The school makes sure that both sides are heard and that the students know that their opinions are valued. The staff works with the students, parents and teachers in getting through some issues. Lessons are learned not only by the student, but also the teacher and the parent.
Imagine has been very good for 6-year-old Kaden Danford, a second grader who enrolled after attending another public school. He said he “loves” Imagine.
Danford was diagnosed with conditions for which he takes medication, but the school works with him and his mom to use different methods to keep him calm and focused if he forgets to take his pill.
Danford’s mother, T’ane Fillyau, said nobody cares about her son like the principal and teachers at Imagine. She is aware of the fact that Imagine is a failing school, but it is the best place for Kaden. He’s happier, he’s doing better and “I’m grateful and happy,” she adds.
Other parents are supportive as well. “My child has had a noticeable increase in her learning ability and desire to be in school since she’s been at Imagine. I know the school has made a positive difference in her academic growth, as well as her character development,” said Roderick Dunson.
Tomlin stresses, “This is a school of choice. There is not a single child at Imagine that is here because they have to be. These students are here because they and their parents want them to be.”
Parental involvement is required at Imagine. The three “T” method is explored: time, talent or treasure. This can be done through meetings, teaching a class (i.e. a craft or foreign language), donations or other approved ideas. Another key component is the mandatory 20 volunteer hours per family per year. “Everybody gets to be a decision maker,” said Prince.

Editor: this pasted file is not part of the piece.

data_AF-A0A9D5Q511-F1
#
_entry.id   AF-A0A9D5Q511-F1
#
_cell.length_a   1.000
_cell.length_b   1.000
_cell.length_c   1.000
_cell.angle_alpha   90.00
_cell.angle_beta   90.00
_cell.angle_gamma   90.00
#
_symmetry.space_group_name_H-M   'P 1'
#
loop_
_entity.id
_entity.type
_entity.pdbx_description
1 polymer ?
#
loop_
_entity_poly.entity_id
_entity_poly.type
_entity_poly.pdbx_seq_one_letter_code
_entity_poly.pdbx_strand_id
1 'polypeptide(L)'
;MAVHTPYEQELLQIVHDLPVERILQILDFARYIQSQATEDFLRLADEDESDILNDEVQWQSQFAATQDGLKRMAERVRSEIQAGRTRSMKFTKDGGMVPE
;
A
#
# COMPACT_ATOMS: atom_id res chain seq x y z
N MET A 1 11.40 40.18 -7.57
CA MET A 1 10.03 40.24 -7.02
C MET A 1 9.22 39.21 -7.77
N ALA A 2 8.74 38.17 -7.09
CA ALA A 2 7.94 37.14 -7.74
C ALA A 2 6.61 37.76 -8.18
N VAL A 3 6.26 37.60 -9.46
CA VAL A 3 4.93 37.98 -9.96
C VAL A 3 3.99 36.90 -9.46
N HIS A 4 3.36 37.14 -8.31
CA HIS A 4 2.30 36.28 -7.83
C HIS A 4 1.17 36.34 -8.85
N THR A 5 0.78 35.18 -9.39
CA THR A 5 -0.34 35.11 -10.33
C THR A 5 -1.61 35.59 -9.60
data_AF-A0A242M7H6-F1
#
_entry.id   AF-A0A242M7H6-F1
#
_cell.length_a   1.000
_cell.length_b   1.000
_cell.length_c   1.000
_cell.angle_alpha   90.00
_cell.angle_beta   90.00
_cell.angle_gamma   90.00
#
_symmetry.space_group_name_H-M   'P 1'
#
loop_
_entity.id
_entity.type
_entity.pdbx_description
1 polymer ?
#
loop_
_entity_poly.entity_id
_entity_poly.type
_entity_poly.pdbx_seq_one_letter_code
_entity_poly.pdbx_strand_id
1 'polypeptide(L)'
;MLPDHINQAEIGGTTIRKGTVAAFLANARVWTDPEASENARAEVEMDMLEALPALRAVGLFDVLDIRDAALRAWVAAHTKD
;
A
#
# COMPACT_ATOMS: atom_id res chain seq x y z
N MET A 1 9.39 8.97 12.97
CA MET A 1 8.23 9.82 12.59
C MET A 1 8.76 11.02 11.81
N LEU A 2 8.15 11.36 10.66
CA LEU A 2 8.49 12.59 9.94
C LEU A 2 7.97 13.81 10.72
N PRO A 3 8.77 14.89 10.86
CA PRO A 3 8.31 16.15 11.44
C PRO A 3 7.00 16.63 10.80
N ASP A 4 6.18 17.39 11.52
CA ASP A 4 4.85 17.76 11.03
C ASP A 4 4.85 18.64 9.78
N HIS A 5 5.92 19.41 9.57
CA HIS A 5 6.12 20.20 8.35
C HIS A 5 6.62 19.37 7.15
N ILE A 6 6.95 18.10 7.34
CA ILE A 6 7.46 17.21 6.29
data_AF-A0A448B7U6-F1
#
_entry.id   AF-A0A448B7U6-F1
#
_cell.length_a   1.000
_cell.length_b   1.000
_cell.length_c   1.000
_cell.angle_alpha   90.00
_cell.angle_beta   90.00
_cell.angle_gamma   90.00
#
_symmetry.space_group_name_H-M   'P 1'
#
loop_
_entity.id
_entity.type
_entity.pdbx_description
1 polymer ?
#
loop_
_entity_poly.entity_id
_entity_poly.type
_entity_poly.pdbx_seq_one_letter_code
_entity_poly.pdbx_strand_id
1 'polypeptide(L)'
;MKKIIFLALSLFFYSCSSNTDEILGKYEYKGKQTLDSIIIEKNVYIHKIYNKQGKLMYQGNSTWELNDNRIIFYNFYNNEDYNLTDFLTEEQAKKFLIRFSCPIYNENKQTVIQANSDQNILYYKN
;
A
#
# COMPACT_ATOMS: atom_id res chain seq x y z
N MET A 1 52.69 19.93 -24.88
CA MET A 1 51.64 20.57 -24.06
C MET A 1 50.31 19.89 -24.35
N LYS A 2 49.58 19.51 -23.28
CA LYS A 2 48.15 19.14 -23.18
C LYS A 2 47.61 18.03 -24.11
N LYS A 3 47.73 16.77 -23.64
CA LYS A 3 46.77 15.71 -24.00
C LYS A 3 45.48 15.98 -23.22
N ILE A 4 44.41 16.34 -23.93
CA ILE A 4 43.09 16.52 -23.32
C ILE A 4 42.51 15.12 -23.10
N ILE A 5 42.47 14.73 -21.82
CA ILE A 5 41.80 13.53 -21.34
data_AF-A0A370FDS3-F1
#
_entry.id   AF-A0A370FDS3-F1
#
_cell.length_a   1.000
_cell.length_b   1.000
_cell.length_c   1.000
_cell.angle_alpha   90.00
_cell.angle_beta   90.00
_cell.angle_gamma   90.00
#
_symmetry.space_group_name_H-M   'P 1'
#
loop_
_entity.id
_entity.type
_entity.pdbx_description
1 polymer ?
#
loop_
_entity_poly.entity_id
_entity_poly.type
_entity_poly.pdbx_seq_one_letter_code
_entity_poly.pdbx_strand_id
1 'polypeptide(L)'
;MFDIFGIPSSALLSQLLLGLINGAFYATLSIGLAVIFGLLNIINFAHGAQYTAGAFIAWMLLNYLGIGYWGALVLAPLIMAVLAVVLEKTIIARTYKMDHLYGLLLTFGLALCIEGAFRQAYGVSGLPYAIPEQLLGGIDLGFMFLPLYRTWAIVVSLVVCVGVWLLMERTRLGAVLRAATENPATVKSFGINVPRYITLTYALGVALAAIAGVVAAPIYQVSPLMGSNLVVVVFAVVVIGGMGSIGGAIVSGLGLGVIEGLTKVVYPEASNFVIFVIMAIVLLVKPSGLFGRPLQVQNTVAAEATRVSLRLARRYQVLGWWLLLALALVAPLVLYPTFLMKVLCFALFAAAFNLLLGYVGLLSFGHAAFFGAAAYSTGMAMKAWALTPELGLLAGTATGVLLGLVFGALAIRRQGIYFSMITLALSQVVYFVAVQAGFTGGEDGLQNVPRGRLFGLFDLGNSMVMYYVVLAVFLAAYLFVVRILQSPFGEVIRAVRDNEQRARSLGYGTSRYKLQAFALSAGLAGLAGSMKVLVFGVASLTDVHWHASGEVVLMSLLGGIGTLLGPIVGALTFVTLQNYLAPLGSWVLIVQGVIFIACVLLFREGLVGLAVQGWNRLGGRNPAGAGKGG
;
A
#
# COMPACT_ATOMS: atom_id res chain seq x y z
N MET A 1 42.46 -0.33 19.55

As of May, the Imagine School’s charter was extended for one year by the school board. The “F” grade by the state threatened the school’s shutdown, but Prince says the extension was granted because the school has demonstrated consistent learning gains.
In some instances, Imagine has experienced a three-year trend of improvement at or above many schools in Pinellas County depending on the variables.
Prince said they will appeal the grade and Florida Comprehensive Assessment Test (FCAT) scores received this past year because the wrong formula was used to calculate learning gains, and the cut-off scores were changed mid-year.
Prince also feels it is worth looking into because the Florida Department of Education recently corrected the scores of 10 percent of the schools tested when they discovered that they had miscalculated FCAT grades of more than 200 schools across the state.
Meanwhile, pre-enrollment for the 2012-2013 school year is up. According to Tomlin, they have registered more than 450 students and expect to reach their capacity of 500. This year their school uniforms will change to a more prep school style with vests, ties and pleated skirts for the girls.
“The way you dress permeates who you are,” said Prince. As the saying goes, if you look good, you feel good. If you feel good, you will enjoy more success—a belief shared by both Prince and Tomlin.
Despite the failing grade, they’re optimistic about the future of Imagine, and look forward to continuing to help their students improve.